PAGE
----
Word of the Day: WEEK
Word of the Day: WEEK
Let’s suppose that you are the sacred author of Genesis, and you are inspired by God to describe, in liturgical form, the creation of the world. All narratives require time. There is no way that a human culture without the heights of philosophy can conceive of God’s action unless as action-in-time, with a beginning and a middle and an end. They did not have the vocabulary for action-outside-time. But I could say more. The very idea that there could be action-outside-time was inspired by Scripture, especially that first chapter of Genesis.
In any case, what would you do? Or rather, what might God inspire you to say? Perhaps it’s best to ask what God would, by His direction, prevent you from saying. Whenever we think of human agents, we form “pictures,” setting a scene, giving the agent some stuff to work with, and having him do things with his hands, or with some instrument. None of that happens in Genesis. God speaks, and there is light: the embodiment of immateriality, if I may be permitted the paradox. He speaks, and there are the dry land and the seas. He speaks, and there are the fish and the birds and so on. The creative actions themselves are portrayed as not taking any time at all: they are as instantaneous as the utterance. So the sacred author, using the odd Hebrew verb “bara,” which might in other contexts suggest sculpture, notably refrains from having God sculpt anything at all, till we get, in Genesis 2, to the wonderfully symbolic forming of Eve from the rib of Adam.
Notice that God does not get around to creating the heavenly bodies until the fourth day, which is to poke a finger in the eye of every pagan Big Thing In Sky Worshiping system; and he creates “the stars” almost as an afterthought. Take that, you Chaldeans. And that prompts me to ask, “Why a WEEK?”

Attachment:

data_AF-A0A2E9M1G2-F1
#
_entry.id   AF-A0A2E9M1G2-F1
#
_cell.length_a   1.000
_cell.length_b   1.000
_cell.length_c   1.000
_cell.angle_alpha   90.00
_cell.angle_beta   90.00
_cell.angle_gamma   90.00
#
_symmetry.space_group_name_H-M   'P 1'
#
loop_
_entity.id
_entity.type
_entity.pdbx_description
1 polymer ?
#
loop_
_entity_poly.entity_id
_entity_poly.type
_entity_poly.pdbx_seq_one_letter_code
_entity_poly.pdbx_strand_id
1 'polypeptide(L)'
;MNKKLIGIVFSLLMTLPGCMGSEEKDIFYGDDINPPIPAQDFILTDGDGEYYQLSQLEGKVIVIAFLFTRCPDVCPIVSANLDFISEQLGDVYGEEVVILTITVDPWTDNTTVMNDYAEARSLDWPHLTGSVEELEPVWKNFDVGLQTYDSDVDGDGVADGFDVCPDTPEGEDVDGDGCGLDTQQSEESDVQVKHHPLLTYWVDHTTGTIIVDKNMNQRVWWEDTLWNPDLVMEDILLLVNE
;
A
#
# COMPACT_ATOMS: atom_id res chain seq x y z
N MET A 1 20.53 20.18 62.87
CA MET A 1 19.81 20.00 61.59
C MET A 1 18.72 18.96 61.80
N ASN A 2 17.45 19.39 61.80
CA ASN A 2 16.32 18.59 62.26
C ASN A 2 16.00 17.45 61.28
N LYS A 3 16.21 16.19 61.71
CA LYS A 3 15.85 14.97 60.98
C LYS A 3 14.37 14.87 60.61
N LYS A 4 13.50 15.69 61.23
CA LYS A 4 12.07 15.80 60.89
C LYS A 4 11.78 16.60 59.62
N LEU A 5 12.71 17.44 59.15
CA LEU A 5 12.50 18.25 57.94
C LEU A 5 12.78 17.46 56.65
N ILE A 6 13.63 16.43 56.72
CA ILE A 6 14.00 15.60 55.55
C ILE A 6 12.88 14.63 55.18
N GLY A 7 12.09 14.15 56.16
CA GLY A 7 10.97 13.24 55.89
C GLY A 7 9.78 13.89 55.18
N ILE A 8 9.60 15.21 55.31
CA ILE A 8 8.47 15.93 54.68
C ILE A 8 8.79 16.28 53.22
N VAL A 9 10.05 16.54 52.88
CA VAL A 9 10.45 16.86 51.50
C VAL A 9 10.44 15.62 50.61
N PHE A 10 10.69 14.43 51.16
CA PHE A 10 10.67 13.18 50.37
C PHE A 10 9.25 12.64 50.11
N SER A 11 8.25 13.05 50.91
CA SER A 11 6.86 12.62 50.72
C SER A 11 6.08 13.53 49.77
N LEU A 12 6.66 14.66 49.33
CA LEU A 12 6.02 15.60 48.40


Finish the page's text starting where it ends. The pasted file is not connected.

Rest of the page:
It won’t do to answer, “It took God a week to do it,” because, as Augustine can teach us, time itself is one of God’s creations, and He is not subject to it. Augustine allows for the answer, which is not the one he himself approves, and as far as I can see he is typical among the Fathers in this regard, that the actual duration of the events described was one WEEK. But if we think about it, we understand the YEAR from something clear that happens in the sky; and for those of you who have gone to modern schools and never been outside, that means that the sun at its rising returns to the same place, makes the same arc, and sets in some other same place. We understand the MONTH from the phases of the moon: the English word is related to MOON. We understand the DAY — a child understands the DAY. But the WEEK?
That’s a little tricky. The lunar MONTH may be divided conveniently into four, and that would give us the WEEK, but still, it is not something that we easily observe. It seems instead that the WEEK would be a measure of time that is NOT clearly bound to the rhythms of the world. It is a divine measure: and that helps also to explain the prevalence of WEEKS in Jewish and Christian poetry and mysticism: see Du Bartas’ La Semaine, THE WEEK, a great influence upon Edmund Spenser, who indulges in his own tremendous heptameral work, in the Mutability Cantos. Christians — other than SEVENTH Day Adventists, I guess — look forward to that Sabbath beyond the Sabbath, the Eighth Day, which as Augustine says is the day of resurrection, the completion, beyond time, of the seventh day of rest, that seventh day which is also the day of the Lord and of the consummation of the world.
The word that gives us WEEK is common in the Germanic languages: German WOCHE, Icelandic VIKA, Swedish VECKA; our W is original, and their V-sound is derivative. We don’t have cognates for WEEK in the Romance languages: Latin has instead SEPTIMANA, a SEVENTH; hence Italian SETTIMANA, Spanish SEMANA, Romanian SAPTAMANA. (Welsh, by the way, has WYTHNOS, EIGHTH-NIGHT. Don’t ask me; I don’t know why.) My source tells me that the ancient root for WEEK has to do with TURNING about; hence German WECHSELN, to EXCHANGE. If you can be turned, it may be you are not strong; hence English WEAK. If that’s so, WEAK and WEEK would give us a doublet whose members must have been separate from one another in meaning many centuries before Anglo Saxon was ever written down.